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Trust New Art: Tell it to the Trees, Croft Castle

  • Date: 20 October 2011
  • Artform: Visual arts
  • Area: Midlands
Sculpture of human bodies coming out of trees Close up of Witness Tree by Brass Art. Part of the Tell it to the Trees exhibition at Croft Castle. Meadow Arts commission, 2009, Photo: Meadow Arts commission, 2009

Tell it to the Trees was a year-long visual arts project that occupied the National Trust's Croft Castle and grounds in Herefordshire from July 2009.

Aims of the project

Tell it to the Trees received funding through Grants for the arts and was supported by Trust New Art, a programme created through a partnership between Arts Council England and the National Trust.

It was commissioned and sited by the Shropshire-based agency Meadow Arts who will enter Arts Council England's National portfolio of funded organisations in 2012. Meadow Arts specialises in creating temporary outdoor exhibitions and commissions in areas which lack arts facilities.

'By partnering with National Trust properties, we have been able to take exhibitions into these remote and rural areas, bringing art into venues where audiences already exist,' says Director Anne de Charmant.

Working on location

For Tell it to the Trees, Meadow Arts formed a fruitful relationship with the Croft's Property Manager, Ian Grafton. Together, they invited nine artists to make and show work to suit the location - an early 17th century medieval revival castle and grounds, set amidst the remnants of ancient woodland near the Welsh border.

Man's relationship with trees formed a running theme of the project, with the surrounding woodland providing raw material for the exhibition's flagship work; Bound by artist Philippa Lawrence, a 46-foot dead oak tree in the ground wrapped in red fabric, created an emblematic greeting point for visitors. This setting gave a striking new context to Lawrence's work which had previously been set in remote Welsh woodland. 

As well as breathing new life into historic locations, partnering with National Trust properties gives contemporary artists access to new and different audiences. 'The appealing thing about working at Croft Castle was that it reached a bigger audience, one that was aesthetically appreciative, but not necessarily an art or gallery crowd,' says Phillippa.

Other works at Croft Castle included Mariele Neudecker's outdoor commission A Thousand Ghosts, which featured three masts that evoke a ship submerged in a valley, alluding to the legend that the surrounding chestnut avenues were planted with trees recovered from the Armada. Using a more high-tech approach, Brass Arts developed two pieces using body scanning technology and 3D imaging, Witness Tree, in the walled garden and Rooted and Established, comprised of three miniature figures developed specially for the castle's Ante-room.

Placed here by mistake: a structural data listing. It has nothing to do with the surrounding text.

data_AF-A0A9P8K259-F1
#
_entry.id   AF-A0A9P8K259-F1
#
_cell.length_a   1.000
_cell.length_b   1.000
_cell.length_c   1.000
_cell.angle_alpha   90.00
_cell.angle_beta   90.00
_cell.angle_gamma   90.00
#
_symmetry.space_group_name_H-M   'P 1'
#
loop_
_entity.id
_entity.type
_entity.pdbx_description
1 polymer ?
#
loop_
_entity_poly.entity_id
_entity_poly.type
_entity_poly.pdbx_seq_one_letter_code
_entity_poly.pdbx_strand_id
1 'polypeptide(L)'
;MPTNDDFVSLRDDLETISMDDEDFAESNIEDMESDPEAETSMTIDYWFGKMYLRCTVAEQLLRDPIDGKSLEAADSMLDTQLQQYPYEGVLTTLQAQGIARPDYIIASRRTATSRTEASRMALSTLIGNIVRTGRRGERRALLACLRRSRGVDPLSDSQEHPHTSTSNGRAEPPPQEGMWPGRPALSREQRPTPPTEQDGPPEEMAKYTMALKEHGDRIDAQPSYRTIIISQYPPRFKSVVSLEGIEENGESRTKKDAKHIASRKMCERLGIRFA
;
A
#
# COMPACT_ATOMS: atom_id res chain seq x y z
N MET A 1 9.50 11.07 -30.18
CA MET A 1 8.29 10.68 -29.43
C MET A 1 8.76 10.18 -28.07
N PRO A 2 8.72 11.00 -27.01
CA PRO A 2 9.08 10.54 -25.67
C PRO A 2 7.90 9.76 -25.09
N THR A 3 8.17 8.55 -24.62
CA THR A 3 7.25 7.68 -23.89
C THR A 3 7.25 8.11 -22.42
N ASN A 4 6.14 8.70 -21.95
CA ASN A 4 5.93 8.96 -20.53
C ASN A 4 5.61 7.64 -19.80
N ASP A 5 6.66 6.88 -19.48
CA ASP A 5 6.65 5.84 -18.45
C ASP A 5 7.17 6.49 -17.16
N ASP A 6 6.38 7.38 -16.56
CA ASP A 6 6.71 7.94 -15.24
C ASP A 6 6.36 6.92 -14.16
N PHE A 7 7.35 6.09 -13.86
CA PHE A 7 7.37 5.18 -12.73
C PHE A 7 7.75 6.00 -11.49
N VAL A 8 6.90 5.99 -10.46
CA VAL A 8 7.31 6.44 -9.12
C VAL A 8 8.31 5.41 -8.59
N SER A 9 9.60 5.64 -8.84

'Rooted and Established was very well received, with lots of repeat visits. You could tell people really related to the subject matter,' says Meadow Arts' Anne De Charmant.

Changing attitudes and widening audiences

Anne believes Tell it to the Trees visitor response has been largely positive: 'Around 80 percent of people that we've asked that would like to see contemporary art in another National Trust property.'

One Croft Castle volunteer told the National Trust that of every 200 people that arrived in the car park, 150 walked straight up to Philippa Lawrence's Bound. 'The artist knew her work was "art",' the volunteer wrote, 'however, it appears to have taken on another, greater role which cannot be easily explained.'

Croft's Property Manager Ian Grafton describes Tell it to the Trees as 'a very, very positive experience'. 'It raised the profile of Croft in different circles for a 16 month period,' he says. 'We were appearing in arts magazines we never would have appeared in before, and it brought in many different people that certainly wouldn't have visited otherwise. We had a record year last year, 79,000 visitors. And while I don't think the art was the sole factor, it was certainly a contributing factor.'

Ian notes the importance of matching art to location, and of fully explaining the work on show to the exhibition's attendees: 'Our visitors don't always like change, but we took care to talk to people about it, and the fact we had so few complaints shows it sat very comfortably. The few we did have were "Why is the National Trust spending money on this?" And when I was able to reassure people that this was funded by the Arts Council, people relaxed.

'I think it helps to break down the image of the Trust being very staid, never changing. I think it shows we have a sense of humour and can take a risk. It gives us a chance to support local artists, and it can help the local economy.'

Future work

The relationship forged through Tell it to the Trees will continue in 2012, when Meadow Arts return to Croft for a series of residencies based around the archaeology of the landscape around the castle. The organisation have also worked with the National Trust's Attingham Park near Shrewsbury in Shropshire on House of Beasts, an exhibition which features 40 contemporary artworks placed in and around the property. This exhibition runs until July 2012.

For Philippa Lawrence, the collaboration with Meadow Arts led directly to a new commission, Barcode: FB814, sited in Mortimer Forest in North Herefordshire. Lawrence is also in discussions with another National Trust property, Waddesdon Manor in Buckinghamshire.


As well as Grants for the arts funding from the Arts Council, Meadow Arts received local authority, Elmley Foundation and Henry Moore Foundation support, and private sponsorship for Tell it to the Trees. They also received  National Trust and local authority in-kind support.